Sky-high fuel costs and weak demand add to Flybe woes

FLYBE, Europe’s largest regional airline, has flown deeper into the red in its second financial year since flotation, as City concerns mount over dividend prospects at the group.

The airline, which flies from airports including Edinburgh, Cardiff and East Midlands, has been hit by high fuel costs and weak economic conditions that have impacted both leisure and business travel in the UK.

The City consensus is for losses at Flybe to have deepened to £8.2 million in the year to the end of March compared with £4.3m last time, just months after its stock market listing in December 2010. No dividend has been paid since then, none is expected when results are announced tomorrow, and many analysts have also written off the year to March 2013 as far as returns to shareholders are concerned.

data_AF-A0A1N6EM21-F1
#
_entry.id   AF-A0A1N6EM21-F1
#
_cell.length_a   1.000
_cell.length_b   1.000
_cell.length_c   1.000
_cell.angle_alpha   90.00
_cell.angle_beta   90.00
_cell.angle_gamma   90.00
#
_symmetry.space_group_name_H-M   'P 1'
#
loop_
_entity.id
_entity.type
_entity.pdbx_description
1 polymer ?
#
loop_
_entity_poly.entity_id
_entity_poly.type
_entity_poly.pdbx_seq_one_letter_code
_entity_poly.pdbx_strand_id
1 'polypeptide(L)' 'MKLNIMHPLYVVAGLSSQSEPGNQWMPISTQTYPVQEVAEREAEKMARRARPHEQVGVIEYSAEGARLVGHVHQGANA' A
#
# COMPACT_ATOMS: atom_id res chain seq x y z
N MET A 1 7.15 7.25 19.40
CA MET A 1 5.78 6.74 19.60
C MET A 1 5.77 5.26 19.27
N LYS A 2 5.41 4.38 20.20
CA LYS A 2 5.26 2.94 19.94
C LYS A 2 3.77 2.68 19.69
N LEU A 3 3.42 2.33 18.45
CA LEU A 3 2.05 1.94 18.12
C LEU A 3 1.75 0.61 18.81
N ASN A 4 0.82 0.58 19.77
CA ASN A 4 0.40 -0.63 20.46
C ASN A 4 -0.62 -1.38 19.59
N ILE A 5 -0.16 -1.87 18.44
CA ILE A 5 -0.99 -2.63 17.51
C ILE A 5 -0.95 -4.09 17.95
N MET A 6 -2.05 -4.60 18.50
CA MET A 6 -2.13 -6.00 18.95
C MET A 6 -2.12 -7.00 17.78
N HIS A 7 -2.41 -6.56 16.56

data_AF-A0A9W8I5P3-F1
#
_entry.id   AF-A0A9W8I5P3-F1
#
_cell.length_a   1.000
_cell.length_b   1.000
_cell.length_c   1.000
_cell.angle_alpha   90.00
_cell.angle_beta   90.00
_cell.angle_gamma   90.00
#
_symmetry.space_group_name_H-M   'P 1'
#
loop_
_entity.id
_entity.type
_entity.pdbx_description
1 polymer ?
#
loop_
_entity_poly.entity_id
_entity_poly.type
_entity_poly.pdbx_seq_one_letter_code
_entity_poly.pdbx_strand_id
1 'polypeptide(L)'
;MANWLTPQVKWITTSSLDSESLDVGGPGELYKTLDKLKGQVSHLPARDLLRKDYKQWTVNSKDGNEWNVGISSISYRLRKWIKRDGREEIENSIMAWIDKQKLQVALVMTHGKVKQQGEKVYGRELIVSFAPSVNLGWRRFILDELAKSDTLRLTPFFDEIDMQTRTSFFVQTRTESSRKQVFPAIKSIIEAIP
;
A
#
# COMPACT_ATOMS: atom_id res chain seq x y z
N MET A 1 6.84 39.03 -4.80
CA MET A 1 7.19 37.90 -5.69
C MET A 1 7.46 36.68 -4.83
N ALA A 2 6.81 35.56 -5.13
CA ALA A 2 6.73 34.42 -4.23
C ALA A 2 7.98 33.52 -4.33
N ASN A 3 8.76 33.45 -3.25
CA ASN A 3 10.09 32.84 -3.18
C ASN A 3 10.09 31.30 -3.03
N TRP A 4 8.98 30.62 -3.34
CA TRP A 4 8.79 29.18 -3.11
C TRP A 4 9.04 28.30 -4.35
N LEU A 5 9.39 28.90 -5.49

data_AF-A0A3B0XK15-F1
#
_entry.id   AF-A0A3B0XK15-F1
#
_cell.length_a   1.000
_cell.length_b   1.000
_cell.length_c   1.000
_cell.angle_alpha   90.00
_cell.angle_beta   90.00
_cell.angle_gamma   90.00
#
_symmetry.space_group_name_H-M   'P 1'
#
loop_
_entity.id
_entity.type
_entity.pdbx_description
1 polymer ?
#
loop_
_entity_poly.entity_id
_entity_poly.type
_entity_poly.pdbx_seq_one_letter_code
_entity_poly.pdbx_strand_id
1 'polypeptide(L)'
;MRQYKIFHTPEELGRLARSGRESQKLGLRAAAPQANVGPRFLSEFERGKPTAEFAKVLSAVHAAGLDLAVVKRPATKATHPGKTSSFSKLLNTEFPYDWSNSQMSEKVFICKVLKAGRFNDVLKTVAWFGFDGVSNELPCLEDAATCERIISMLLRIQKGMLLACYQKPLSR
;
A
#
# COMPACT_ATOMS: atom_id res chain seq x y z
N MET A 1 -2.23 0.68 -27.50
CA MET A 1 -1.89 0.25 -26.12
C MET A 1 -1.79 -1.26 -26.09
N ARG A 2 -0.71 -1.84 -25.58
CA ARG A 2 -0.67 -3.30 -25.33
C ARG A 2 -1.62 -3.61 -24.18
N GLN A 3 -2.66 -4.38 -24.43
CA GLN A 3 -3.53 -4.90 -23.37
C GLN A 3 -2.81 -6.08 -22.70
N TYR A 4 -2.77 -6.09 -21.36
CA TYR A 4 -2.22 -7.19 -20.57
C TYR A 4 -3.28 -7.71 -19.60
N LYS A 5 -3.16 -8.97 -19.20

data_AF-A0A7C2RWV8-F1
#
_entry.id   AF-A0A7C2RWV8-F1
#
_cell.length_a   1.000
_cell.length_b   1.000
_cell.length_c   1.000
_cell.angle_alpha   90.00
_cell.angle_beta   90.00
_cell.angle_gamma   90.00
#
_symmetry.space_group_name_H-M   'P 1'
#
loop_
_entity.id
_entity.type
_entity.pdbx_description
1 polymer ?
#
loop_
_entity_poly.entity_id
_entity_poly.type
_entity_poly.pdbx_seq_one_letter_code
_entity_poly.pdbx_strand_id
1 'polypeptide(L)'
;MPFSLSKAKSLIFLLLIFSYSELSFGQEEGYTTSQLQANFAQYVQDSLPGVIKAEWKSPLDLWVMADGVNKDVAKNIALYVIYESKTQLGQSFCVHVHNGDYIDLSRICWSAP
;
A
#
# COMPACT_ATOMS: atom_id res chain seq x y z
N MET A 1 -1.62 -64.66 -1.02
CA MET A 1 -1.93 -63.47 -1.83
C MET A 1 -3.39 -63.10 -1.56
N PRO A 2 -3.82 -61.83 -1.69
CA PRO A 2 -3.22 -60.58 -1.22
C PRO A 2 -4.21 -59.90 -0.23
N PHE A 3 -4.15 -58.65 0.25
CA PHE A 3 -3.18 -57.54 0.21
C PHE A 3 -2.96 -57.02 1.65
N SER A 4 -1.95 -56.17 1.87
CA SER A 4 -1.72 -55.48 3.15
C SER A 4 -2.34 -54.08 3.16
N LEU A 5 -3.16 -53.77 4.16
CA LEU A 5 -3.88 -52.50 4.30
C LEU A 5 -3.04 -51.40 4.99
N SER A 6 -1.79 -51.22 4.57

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Douglas McNeill, transport analyst with Charles Stanley Securities, said: “Airlines are a viciously cyclical business. One year’s profit or loss does not matter that much. But the test for Flybe remains whether it can make money over the cycle. Over a five-year period or so, the company’s profit has been negligible.

“Flybe faces generally weak demand across both business and leisure custom, and there is no particular sign of that improving over the near-term.”

Business travel, with 40 routes flown out of Scotland, is 40 per cent of the company’s mix. The spotlight this week will be on any details on costcutting initiatives the airline flagged up following a profits warning last January. Chief executive Jim French said in a trading update in April that conditions remained “challenging”. He is expected to say how Flybe intends to boost revenues per seat and better match capacity to demand.

Andrew Fitchie, at broker Investec, forecasts losses of £8.5m for the year just gone and £1.3m in this financial year. He said Flybe’s key risk is “further deterioration in the UK regional market”.

Last month Flybe announced it was taking over one-third of the European routes run by Finland’s loss-making Finnair.